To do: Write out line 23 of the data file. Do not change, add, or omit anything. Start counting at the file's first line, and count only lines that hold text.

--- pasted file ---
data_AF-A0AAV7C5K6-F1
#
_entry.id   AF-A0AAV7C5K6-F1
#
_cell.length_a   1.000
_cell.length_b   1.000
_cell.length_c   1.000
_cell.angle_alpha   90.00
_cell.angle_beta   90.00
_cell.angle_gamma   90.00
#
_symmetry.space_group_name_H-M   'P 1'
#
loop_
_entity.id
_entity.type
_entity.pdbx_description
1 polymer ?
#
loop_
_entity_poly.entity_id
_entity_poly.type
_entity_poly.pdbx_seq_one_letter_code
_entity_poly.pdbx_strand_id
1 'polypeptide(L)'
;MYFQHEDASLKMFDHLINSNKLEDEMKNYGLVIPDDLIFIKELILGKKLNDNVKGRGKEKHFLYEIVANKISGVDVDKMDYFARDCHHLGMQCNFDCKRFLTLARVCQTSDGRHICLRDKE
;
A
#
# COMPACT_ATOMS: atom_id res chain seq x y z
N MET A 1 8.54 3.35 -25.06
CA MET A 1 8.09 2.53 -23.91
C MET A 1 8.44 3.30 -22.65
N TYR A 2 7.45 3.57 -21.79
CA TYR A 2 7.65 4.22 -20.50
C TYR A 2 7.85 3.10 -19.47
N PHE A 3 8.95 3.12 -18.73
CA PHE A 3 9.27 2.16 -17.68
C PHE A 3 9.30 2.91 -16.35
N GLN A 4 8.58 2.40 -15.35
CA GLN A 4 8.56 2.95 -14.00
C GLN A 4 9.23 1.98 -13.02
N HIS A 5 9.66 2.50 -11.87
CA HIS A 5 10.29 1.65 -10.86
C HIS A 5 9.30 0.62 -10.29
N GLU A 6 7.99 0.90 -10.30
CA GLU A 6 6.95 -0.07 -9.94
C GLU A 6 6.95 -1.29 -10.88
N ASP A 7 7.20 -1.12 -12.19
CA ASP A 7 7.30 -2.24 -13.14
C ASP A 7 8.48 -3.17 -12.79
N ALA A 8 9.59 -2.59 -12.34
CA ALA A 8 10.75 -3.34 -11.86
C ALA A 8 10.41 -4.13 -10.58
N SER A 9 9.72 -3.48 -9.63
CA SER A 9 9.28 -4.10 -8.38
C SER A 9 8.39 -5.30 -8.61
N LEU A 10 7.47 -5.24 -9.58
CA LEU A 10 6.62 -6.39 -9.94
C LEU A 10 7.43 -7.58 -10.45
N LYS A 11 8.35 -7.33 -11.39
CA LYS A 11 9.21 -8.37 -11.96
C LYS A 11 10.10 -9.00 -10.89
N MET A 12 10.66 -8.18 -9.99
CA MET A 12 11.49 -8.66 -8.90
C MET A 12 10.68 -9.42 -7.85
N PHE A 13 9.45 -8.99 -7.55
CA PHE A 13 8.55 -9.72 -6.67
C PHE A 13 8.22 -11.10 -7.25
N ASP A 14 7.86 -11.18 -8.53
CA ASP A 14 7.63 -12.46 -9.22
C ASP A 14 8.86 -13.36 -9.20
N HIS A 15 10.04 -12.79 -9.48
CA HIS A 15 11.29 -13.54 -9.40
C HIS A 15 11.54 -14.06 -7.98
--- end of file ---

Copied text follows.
_entity_poly.pdbx_seq_one_letter_code